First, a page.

The Altera Application Note 455 “Understanding CIC
Compensation Filters” provides a good overview of both CIC filters and the
issues associated with designing compensation FIR filters for them. It includes basic Matlab (or Octave) code to
design the compensation filter coefficients.
This was used and expanded upon to plot different views of the data to
help familiarize myself with the issues and get a feeling for the trade-offs. The script used to produce all of the figures is available here.

With multi-rate filters you have to be careful and understand at what frequency
the operation is being applied at and how it translates to the up-stream and
down-stream stages. The analysis is all based on the 0603 firmware version
parameters. Those are:

- Fs = ADC sampling rate = 10MHz
- N = number of CIC stages = 4
- M = CIC differential delay = 1
- R = CIC rate change = 50,
- Final bandwidth = 100 kSPS (limited by SPI interface)
- FIR filter sample rate = 200kSPS (or 2x the final for a FIR filter decimation rate of 2),
- L = number of FIR filter taps or order = 96,

Said differently, Fs/R = 10MHz/50 = 0.2MHz = 200kHz. The CFIR decimates by 2 to yield a final
sample rate of 100kHz. The cut off
frequency of the CFIR is chosen to be slightly less than half of [ (Fs/R) = CIC
rate] / [ 2=CFIR Decimation ] or 45kHz to allow for a transition band which
yields a Fc = 45kHz/200kHz = 0.225 when normalized.

The number of CIC stages had to be limited due to the number
of DSPs available in the Spartan6 LX9. CIC
filters without DSPs higher than order 4 cause problems with the map phase of
the FPGA tools (i.e. they weren’t completing within an hour indicating layout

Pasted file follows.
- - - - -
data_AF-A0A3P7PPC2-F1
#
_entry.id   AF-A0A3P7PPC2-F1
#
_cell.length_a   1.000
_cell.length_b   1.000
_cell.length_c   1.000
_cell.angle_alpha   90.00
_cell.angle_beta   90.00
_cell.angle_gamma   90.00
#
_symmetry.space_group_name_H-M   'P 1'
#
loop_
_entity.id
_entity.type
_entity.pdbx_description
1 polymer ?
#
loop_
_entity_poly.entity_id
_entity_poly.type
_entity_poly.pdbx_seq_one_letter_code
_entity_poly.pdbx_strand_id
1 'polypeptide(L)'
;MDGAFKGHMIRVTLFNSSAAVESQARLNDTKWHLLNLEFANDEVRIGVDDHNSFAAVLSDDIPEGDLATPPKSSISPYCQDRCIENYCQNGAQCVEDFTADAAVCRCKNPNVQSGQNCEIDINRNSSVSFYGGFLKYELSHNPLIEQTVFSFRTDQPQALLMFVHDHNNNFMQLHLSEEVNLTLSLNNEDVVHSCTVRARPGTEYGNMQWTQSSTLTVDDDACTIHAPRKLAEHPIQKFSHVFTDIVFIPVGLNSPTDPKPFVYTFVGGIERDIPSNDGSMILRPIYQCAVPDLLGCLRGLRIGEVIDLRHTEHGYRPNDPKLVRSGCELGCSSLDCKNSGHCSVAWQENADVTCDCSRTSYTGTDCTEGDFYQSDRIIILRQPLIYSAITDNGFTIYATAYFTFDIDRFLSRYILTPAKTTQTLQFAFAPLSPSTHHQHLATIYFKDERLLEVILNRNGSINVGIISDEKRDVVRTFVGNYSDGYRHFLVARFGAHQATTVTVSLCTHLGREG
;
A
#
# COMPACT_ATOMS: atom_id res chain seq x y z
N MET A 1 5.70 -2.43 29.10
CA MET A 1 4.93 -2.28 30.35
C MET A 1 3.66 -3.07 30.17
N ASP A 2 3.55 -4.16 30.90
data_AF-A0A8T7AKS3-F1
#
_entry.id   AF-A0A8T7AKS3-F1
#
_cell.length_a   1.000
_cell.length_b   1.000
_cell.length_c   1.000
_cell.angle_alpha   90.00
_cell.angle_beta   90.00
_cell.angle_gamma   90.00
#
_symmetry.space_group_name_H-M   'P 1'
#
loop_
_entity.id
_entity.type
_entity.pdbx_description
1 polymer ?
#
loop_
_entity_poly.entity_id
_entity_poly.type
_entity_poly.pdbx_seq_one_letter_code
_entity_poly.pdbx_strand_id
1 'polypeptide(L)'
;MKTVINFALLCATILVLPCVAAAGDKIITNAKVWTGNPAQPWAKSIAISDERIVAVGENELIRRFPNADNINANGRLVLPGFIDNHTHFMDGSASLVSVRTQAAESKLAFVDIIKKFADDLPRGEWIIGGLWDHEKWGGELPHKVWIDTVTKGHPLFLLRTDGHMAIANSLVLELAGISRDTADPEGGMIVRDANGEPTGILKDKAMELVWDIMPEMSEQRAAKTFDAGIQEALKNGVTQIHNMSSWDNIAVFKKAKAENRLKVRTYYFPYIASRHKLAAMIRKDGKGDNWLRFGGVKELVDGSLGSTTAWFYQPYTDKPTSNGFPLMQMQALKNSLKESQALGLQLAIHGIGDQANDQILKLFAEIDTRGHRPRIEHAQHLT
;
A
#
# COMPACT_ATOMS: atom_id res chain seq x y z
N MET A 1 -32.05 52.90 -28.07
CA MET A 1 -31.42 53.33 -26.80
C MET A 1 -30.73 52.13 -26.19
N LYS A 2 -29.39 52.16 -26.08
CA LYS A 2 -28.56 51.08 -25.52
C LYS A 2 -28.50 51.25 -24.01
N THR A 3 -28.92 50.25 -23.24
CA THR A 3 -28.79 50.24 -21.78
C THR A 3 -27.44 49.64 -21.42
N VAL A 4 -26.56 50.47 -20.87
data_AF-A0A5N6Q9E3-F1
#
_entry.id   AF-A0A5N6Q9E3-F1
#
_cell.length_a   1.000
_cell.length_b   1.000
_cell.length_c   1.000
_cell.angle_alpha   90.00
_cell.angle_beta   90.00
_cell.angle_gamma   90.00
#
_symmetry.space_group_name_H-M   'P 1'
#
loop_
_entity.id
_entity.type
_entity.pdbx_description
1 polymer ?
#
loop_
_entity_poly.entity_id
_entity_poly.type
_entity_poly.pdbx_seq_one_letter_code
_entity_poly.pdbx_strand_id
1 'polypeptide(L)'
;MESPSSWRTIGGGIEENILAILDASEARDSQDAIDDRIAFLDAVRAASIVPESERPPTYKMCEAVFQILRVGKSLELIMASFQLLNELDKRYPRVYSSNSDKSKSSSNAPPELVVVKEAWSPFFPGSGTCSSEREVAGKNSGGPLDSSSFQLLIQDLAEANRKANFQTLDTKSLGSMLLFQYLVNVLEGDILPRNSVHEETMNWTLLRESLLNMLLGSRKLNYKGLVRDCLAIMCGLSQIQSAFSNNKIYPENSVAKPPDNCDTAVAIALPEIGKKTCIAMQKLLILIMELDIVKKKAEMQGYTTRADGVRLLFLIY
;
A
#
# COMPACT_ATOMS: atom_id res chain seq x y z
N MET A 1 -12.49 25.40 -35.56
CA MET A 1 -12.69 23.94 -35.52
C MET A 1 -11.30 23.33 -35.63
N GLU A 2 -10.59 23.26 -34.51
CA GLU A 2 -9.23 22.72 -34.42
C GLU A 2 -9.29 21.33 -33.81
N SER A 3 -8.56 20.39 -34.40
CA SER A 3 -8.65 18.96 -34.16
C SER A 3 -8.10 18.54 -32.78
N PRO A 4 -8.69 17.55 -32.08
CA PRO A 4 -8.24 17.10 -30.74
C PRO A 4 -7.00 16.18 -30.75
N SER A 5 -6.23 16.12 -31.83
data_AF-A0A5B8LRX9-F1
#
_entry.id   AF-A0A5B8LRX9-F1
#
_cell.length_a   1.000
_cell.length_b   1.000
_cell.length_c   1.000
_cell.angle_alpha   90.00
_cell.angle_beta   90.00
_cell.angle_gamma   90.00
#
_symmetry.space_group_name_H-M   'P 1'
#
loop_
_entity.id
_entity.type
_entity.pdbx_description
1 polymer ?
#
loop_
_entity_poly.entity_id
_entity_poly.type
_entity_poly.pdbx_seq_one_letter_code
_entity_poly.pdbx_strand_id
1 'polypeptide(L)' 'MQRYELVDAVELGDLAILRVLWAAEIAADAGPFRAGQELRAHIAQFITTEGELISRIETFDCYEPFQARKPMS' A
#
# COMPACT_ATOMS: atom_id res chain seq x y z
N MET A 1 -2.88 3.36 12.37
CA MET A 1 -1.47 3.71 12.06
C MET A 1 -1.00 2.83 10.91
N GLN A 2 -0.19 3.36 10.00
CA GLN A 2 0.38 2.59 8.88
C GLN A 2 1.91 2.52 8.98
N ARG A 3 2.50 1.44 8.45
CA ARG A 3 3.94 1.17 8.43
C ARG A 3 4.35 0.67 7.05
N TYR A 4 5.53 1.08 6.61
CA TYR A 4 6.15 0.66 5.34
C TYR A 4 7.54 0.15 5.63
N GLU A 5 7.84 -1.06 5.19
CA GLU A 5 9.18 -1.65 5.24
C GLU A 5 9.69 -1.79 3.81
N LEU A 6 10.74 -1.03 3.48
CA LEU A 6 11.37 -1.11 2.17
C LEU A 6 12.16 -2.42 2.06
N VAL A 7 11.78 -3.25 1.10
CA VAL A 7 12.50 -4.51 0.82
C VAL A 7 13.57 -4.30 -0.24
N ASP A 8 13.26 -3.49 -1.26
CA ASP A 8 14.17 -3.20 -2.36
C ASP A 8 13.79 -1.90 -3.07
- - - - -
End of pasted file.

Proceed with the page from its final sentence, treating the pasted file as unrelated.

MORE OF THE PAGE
issues). The number of FIR filter taps
was limited to 96 to avoid requiring additional DSPs to implement this
filter. Recall, that since the DDC is
implemented discretely within the FPGA, there are two chains of CIC/CFIR one
for I and one for Q.

To get a feeling for the response across the entire ban d,
the CIC is plotted in three reference frames shown below.

CIC Filter Response |

Note that the current implementation uses a 10MSP ADC,
however, the target is 60MSPS. The
difference is whether R is 50 or 300 and does not impact the rest of the
design. There is an antialiasing
hardware filter prior to the ADC which limits input signals above Fs/2. Using the Matlab or Octave fir2() function, a
FIR filter with a response to normalize the CIC response close to unity gain
over the first CIC Nyquist interval is designed. The response of that filter looks like the following.

Compensation FIR (CFIR) Desired Response |

In this example Fs/R = 200kHz, and half of that (or the
first Nyquist region of that filter) is 0.5*Fs/R. Since this will be decimated by 2, the true
cut off frequency is 0.5 of this (slightly less in this case for some
margin). The following compares the CIC
response over the target range along with the CFIR and the total response of
the cascaded filters.

CIC, CFIR and Composite Response |

The above graphs only show the response over the CIC first
Nyquist which is the final goal for evaluating passband, however, we need to
consider the full response over multiple intervals due to the periodicity of
both filters.

CIC, CFIR and Composite Response Over Multiple Nyquist Intervals of Final Sample Rate |

Normalized Composite and Constituent Filter Responses |

Based on this figure the response is very clean up to around
0.78 Fs/R where the composite picks up to around -43dB based on the CFIR
wrapping and the CIC not having rolled off very far. The following provide two detailed views of
the passband focusing on transition region and passband ripple.

Passband to Stopband Transition |

Passband Ripple Evaluation |

In short this filter works well for the intended purposes
and fits within the LX9.

Prj141 Schematic

Prj141 Overview

Prj141 Digital Down Converter

Prj141 Digital Interface

Prj141 Software

Prj141 Filter Design

Prj141 Filter Evaluation

Prj141 LX9 Utilization

Prj141 Higher Sampling Rates

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